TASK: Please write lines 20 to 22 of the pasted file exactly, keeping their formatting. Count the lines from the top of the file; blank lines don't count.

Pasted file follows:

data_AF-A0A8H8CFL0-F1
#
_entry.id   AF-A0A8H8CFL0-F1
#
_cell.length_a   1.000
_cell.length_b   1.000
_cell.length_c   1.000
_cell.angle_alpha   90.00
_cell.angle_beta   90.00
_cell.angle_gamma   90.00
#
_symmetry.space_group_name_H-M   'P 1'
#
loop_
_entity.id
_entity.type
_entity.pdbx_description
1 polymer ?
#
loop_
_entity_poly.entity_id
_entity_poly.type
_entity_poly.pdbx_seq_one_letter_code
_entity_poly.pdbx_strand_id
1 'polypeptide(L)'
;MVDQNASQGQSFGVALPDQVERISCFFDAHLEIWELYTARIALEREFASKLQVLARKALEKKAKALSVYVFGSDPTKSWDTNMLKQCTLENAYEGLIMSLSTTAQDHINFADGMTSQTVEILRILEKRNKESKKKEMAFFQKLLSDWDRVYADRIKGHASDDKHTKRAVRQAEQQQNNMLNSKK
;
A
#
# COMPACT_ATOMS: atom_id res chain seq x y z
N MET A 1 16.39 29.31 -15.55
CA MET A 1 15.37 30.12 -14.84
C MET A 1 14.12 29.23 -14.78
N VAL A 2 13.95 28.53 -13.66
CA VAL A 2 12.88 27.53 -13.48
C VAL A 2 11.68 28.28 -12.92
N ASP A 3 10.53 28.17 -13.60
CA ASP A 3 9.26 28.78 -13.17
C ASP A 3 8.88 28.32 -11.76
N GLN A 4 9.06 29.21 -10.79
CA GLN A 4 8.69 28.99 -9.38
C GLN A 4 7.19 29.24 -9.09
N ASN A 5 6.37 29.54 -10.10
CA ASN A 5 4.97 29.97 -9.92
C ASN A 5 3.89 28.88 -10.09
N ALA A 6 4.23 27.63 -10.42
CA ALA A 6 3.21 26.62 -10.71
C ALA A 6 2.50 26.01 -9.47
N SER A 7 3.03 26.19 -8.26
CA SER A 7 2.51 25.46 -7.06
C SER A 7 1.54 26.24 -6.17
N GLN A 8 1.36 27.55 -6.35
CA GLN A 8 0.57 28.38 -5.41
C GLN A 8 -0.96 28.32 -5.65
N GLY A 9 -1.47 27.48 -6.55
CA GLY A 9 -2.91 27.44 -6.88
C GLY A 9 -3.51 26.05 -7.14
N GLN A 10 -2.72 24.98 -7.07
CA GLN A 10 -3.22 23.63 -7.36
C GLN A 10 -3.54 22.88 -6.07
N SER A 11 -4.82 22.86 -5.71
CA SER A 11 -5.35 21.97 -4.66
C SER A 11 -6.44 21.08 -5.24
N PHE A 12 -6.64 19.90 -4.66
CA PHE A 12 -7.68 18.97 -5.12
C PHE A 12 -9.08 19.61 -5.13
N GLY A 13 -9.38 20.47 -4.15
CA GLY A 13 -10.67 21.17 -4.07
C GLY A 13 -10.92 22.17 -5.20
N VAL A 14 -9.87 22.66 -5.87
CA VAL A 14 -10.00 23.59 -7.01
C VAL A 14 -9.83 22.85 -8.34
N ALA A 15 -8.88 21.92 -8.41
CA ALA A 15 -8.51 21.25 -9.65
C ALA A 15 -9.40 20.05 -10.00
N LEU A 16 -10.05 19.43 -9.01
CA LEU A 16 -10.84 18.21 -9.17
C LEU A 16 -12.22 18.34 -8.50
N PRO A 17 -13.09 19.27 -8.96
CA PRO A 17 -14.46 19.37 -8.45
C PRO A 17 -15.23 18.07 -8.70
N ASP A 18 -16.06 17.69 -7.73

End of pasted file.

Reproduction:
loop_
_entity_poly.entity_id
_entity_poly.type